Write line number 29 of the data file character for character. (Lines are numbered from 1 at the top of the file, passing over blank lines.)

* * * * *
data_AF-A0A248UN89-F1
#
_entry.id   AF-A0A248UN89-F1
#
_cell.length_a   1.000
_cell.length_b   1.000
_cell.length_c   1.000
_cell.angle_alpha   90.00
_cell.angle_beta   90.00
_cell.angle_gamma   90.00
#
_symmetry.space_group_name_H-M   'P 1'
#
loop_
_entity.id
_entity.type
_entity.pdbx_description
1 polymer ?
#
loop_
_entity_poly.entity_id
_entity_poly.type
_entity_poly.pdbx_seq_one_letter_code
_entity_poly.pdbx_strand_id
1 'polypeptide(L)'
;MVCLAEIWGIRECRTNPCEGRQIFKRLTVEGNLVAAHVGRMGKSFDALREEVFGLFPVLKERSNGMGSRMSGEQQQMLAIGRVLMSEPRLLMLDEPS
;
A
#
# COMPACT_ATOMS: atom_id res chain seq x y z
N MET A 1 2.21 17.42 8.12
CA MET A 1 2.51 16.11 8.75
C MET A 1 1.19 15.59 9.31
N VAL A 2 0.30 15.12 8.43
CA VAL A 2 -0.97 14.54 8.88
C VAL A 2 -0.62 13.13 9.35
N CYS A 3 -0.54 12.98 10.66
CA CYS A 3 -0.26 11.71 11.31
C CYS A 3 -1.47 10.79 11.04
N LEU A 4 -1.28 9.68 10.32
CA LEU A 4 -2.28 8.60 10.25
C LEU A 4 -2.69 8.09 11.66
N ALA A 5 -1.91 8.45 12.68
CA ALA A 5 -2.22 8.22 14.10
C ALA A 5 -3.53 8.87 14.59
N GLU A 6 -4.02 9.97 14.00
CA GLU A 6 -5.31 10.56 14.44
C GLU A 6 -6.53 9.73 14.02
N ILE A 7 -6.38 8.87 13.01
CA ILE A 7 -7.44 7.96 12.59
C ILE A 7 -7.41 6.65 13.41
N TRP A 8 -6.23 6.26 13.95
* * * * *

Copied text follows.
#